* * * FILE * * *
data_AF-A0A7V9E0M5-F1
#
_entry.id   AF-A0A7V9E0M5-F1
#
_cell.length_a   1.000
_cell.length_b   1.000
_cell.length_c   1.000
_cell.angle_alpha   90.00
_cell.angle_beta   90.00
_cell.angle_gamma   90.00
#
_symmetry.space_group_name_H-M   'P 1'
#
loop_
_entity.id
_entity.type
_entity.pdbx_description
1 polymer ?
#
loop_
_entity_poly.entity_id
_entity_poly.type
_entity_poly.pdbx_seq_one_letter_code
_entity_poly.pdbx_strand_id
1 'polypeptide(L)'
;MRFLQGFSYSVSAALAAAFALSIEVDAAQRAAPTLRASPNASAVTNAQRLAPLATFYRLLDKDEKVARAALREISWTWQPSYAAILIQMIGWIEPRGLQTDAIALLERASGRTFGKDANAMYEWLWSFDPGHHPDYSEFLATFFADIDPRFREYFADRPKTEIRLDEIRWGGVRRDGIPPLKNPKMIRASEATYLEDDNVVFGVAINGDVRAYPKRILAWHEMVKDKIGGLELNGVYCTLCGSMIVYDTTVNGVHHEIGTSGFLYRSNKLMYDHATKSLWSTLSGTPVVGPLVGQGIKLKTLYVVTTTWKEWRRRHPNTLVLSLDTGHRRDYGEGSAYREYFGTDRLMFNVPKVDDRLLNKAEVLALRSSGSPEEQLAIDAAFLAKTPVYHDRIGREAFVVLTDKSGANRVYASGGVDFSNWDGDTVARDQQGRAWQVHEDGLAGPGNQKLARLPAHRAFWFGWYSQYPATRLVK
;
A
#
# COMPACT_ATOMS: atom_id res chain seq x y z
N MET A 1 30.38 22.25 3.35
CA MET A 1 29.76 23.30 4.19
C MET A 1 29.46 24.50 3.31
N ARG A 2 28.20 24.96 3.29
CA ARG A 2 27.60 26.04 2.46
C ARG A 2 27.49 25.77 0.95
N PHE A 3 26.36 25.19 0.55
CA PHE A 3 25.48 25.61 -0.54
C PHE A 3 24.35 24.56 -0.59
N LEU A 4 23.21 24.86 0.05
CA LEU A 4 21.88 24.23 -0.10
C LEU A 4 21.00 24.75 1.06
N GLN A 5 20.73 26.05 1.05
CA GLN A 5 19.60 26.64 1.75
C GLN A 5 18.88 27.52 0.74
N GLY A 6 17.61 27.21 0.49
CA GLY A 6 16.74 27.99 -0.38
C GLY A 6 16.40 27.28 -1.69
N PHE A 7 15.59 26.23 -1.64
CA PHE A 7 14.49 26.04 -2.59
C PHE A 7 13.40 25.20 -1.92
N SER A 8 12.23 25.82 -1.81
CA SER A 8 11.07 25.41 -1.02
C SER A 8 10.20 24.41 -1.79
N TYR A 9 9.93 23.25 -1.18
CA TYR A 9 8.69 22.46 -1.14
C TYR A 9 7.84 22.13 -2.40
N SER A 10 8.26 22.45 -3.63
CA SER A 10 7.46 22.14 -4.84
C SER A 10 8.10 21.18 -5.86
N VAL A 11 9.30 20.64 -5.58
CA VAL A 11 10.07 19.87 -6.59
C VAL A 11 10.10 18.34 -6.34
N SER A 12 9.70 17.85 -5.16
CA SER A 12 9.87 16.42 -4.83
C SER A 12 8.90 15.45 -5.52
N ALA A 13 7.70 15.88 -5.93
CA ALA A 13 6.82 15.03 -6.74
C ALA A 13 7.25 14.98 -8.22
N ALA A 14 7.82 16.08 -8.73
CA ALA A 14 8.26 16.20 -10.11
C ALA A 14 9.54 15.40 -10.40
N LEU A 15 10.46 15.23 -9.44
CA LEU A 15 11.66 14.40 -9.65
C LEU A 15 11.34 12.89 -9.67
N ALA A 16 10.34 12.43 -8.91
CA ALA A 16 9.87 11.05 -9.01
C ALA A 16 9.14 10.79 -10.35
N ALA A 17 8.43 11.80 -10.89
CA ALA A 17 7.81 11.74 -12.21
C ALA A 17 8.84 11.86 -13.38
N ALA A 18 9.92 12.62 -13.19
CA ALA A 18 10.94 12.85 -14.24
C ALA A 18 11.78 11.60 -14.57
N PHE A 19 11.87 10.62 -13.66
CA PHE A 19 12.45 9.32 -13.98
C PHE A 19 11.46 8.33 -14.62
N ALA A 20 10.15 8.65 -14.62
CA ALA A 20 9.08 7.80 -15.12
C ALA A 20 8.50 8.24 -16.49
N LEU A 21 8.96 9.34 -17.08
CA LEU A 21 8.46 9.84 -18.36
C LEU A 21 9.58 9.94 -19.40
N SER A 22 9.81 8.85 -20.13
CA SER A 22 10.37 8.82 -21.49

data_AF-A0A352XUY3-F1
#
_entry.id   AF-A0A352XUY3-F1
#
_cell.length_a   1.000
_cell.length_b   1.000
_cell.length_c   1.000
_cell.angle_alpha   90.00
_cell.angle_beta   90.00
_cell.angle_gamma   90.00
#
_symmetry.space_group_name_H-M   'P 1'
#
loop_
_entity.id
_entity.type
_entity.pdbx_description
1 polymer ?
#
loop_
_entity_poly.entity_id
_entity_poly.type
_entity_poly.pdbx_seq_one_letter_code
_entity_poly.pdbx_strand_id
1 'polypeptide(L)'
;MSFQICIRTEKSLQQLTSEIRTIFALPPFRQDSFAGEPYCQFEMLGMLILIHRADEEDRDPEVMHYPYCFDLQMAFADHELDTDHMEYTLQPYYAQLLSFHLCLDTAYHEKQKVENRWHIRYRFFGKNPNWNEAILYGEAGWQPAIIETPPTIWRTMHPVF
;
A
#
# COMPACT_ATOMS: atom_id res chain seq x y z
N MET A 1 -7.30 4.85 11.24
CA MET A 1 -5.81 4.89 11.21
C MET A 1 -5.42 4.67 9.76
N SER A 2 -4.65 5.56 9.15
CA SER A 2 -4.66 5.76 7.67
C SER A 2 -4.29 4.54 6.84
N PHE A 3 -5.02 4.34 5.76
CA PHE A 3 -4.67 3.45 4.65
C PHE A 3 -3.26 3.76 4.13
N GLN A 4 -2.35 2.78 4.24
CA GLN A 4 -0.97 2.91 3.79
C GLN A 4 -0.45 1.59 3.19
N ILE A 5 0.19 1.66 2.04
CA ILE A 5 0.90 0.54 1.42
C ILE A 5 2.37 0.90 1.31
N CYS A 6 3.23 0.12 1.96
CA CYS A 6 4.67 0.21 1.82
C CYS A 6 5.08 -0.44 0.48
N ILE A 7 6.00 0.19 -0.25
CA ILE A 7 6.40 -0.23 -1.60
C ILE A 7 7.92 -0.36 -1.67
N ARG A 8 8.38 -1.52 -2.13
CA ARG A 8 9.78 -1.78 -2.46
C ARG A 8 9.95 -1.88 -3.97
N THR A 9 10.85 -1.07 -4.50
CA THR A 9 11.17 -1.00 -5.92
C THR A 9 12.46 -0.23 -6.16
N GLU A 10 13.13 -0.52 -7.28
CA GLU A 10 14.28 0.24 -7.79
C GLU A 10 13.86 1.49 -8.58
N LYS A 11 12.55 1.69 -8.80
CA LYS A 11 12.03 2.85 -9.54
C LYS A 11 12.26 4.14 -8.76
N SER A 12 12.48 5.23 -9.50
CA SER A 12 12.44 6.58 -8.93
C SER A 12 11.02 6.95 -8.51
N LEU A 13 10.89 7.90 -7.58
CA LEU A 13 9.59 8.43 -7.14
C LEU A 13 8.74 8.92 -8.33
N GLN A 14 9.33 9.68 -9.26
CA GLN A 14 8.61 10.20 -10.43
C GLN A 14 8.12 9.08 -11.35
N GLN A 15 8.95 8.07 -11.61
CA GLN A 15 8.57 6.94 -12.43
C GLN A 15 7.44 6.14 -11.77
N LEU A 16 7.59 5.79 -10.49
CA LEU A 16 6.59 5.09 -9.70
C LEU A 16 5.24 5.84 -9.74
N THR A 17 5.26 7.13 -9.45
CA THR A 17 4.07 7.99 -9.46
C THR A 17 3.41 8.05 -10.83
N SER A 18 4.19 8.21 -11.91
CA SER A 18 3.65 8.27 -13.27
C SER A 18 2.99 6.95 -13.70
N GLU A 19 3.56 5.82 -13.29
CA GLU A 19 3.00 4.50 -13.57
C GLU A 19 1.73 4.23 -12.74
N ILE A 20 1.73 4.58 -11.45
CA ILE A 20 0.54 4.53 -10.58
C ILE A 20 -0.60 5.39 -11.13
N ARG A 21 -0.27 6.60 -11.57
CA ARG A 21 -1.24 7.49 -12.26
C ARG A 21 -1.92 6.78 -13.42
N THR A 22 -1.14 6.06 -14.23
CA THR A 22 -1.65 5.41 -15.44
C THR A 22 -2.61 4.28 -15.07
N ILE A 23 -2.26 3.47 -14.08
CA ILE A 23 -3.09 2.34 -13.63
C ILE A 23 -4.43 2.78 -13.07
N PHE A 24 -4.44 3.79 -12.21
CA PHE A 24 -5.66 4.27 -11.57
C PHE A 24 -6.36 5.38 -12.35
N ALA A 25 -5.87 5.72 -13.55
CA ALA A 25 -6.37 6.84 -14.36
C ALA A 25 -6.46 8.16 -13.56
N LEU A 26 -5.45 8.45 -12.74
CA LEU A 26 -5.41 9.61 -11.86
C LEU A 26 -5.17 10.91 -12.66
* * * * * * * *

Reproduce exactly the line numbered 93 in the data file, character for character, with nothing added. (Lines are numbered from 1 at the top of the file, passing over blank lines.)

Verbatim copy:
C LEU A 21 9.58 9.94 -19.40